Part 2 - is here - Social Networking etc.
Expectations From the Conference
I work as Technology Integration Specialist at the Foreign Language Center (FLC) at the Ohio State University (OSU). Even before I selected a conference to go to, I wanted to achieve a few goals from the trip/conference. These goals relate to enhancing online learning at the FLC and the various language departments. This hopefully will benefit other folks at OSU too.
These were my primary queries:
- What are the some of the major hardships in online learning?
- What are the trends in social networking? New technologies?
- Audio and video creation/updating and sharing?
- How are other organizations using videoconferencing?
I picked the Sloan Consortium International Conference on Online Learning. This conference fitted my search criteria and covered the topics that I was looking for - blended learning, international applications, open educational resources, social networking, and more. It did also help that it was in sunny Florida in November, which is usually when snow hits Ohio. The venue was the Caribe Royale Hotel and Convention Center, centrally located and nearby to the various theme parks that flood the Orlando region. Sessions Attended
Like most conferences, there were several concurrent sessions almost every hour and it was difficult to pick one over other. Its a good idea to try and come for conferences like these in a group/team so that important sessions can be covered. However I knew from past experiences that there would still be enough good sessions that I could attend.
Learning more about faculty response to online/blended learning was my principal goal. Uttendorfer in “Bringing Face-to-Face Instruction Back into Online Faculty Development” talked of the common problem that we face in online teaching i.e. of having different types of faculty with various skills levels and at various locations. He highlighted how they tried to bring the various faculty in the ‘same page’ by standardizing the methods to capture lecture (with Camtasia) and with the use of webinars (with Elluminate) for collaboration.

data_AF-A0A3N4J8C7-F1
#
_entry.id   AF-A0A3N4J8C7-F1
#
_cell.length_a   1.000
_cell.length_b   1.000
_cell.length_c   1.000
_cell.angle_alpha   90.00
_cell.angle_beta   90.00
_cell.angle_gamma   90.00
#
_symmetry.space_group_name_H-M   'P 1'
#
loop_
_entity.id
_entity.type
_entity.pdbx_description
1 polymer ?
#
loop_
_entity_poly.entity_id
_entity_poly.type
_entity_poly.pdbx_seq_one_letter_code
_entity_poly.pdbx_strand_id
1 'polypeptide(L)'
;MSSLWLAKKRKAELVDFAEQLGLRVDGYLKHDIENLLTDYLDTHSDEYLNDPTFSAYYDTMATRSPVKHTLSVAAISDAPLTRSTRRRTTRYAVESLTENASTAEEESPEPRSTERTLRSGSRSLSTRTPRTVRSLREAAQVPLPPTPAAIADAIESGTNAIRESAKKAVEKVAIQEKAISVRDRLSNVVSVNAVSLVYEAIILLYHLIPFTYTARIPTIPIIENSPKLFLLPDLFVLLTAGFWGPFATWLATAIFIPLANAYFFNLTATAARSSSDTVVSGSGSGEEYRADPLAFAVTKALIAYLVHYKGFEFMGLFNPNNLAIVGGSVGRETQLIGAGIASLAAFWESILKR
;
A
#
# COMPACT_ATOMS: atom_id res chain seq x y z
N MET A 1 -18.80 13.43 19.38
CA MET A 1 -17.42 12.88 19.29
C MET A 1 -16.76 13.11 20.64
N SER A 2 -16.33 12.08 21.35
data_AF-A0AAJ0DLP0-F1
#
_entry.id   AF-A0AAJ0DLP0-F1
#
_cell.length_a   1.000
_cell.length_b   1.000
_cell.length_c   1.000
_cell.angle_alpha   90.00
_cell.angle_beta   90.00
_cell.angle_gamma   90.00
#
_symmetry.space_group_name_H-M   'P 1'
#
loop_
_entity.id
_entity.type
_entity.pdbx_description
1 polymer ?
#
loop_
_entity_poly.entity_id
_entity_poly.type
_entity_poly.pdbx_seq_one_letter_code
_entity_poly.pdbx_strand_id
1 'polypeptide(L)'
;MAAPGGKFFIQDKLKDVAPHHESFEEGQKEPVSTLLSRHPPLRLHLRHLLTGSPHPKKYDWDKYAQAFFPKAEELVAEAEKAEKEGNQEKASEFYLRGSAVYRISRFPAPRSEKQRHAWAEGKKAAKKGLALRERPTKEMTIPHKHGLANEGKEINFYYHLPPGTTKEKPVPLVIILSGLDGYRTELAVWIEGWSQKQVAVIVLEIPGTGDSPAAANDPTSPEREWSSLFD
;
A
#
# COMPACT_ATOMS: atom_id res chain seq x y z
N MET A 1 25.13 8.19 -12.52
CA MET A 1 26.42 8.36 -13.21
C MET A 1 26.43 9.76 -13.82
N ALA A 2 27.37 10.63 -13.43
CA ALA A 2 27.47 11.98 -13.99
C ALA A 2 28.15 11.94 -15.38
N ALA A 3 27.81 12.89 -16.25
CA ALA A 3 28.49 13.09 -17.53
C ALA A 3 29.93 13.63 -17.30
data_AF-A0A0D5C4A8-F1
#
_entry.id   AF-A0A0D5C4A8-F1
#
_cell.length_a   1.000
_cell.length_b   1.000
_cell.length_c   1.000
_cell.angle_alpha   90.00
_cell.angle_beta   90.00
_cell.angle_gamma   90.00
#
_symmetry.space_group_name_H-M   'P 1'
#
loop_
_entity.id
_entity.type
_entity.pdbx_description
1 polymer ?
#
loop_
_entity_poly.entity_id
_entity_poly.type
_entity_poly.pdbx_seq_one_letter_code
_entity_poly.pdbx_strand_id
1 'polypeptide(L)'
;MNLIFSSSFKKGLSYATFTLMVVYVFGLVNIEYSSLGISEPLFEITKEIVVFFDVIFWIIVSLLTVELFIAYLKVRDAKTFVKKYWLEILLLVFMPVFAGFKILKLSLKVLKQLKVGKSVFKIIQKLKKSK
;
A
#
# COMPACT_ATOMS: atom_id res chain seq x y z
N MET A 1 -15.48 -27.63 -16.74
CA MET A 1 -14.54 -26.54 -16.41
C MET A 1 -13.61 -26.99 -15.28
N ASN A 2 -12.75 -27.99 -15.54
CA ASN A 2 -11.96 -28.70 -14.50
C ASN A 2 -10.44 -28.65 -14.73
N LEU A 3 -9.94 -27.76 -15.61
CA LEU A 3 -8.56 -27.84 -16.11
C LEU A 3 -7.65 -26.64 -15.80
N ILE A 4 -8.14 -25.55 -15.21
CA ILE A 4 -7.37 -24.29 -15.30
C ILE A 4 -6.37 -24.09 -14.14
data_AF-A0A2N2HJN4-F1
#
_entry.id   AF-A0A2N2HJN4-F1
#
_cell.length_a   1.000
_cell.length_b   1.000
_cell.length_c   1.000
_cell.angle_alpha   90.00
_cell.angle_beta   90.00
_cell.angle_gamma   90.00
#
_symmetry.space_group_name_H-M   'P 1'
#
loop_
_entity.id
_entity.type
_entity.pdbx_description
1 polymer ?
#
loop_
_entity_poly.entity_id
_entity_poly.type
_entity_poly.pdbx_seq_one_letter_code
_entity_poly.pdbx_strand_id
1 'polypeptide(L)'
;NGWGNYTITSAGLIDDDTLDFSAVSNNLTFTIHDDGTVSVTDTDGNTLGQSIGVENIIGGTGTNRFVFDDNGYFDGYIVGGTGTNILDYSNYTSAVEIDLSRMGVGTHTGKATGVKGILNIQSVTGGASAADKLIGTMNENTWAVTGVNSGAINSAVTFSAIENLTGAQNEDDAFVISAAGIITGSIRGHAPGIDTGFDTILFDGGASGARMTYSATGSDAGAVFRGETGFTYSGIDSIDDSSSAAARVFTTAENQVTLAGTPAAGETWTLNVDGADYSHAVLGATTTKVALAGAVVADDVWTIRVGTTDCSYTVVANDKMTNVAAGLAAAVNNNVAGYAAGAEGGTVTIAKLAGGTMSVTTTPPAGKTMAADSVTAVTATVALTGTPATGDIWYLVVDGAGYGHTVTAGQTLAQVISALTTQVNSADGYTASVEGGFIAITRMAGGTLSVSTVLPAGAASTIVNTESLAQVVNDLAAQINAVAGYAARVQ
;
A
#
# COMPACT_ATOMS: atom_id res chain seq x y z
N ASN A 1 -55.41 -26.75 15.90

Storandt and Dossin also talked of the difficulty for faculty to transfer to online classes in their “Best Practices in Professional Development and Assessment for Online Instruction”. One of the primary reasons for this difficulty is due to the lack of support and training for the faculty. They reviewed the PBS TeacherLine service - a professional development resource for online course instructors. Such a model can certainly be used and/or adapted by other organizations as well.
I also wanted to learn a bit on what students thought of these online courses. According to
studies by Tao, Lim, and Bruder who presented “Why Do Our Online Students Stay?”, online students are significantly more likely to dropout than campus based students. They shared the results of their study and presented factors found to positively help retention. These included: enhancing the interaction between students and their instructor, offering on-time students support, and maintaining at least one synchronous component among various asynchronous features.
It is evident that moving from a traditional course to an online/hybrid course requires a lot more than just the technology to support it. In their presentation Pyke and DeGodev mentioned that moving to an online or hybrid class is certainly not an easy process and it requires a LOT of planning. They stressed the need for a shared vision, the implications of having an institutional need for redesign as a major driver, and the value of aligning departmental goals with the project.
Betts, from Drexel University also had very good suggestions for moving to an online course in “Online & Blended Program Sustainability: 10 Questions All Administrators Must Be Able to Answer.” Though online education has been growing at a very past pace, there have been lots of growing pains. It is very important to understand the economic and demographic factors that are changing the higher education landscape. She stressed the need to engage students and personalize the online educational experience.
Looks like the shift to online classes will continue and we as facilitators have to be prepared and provide the right technology and support.
REFERENCES: PRESENTATIONS (as appearing in this post)
- Michael Uttendorfer “Bringing Face-to-Face Instruction Back into Online Faculty Development”.
- Barbara Storandt and Lia Dossin “Best Practices in Professional Development and Assessment for Online Instruction”.
- Jinyuan Tao, Dan Lim, and Mary Bruder “Why Do Our Online Students Stay?”
- J. Garvey Pyke and Concepcion DeGodev “Redesigning Courses Means Redesigning Processes, Programs, and Sometimes Even People”.
- Kristen Betts “Online & Blended Program Sustainability: 10 Questions All Administrators Must Be Able to Answer”.
Technology Integration Specialist,
Foreign Language Center
Ohio State University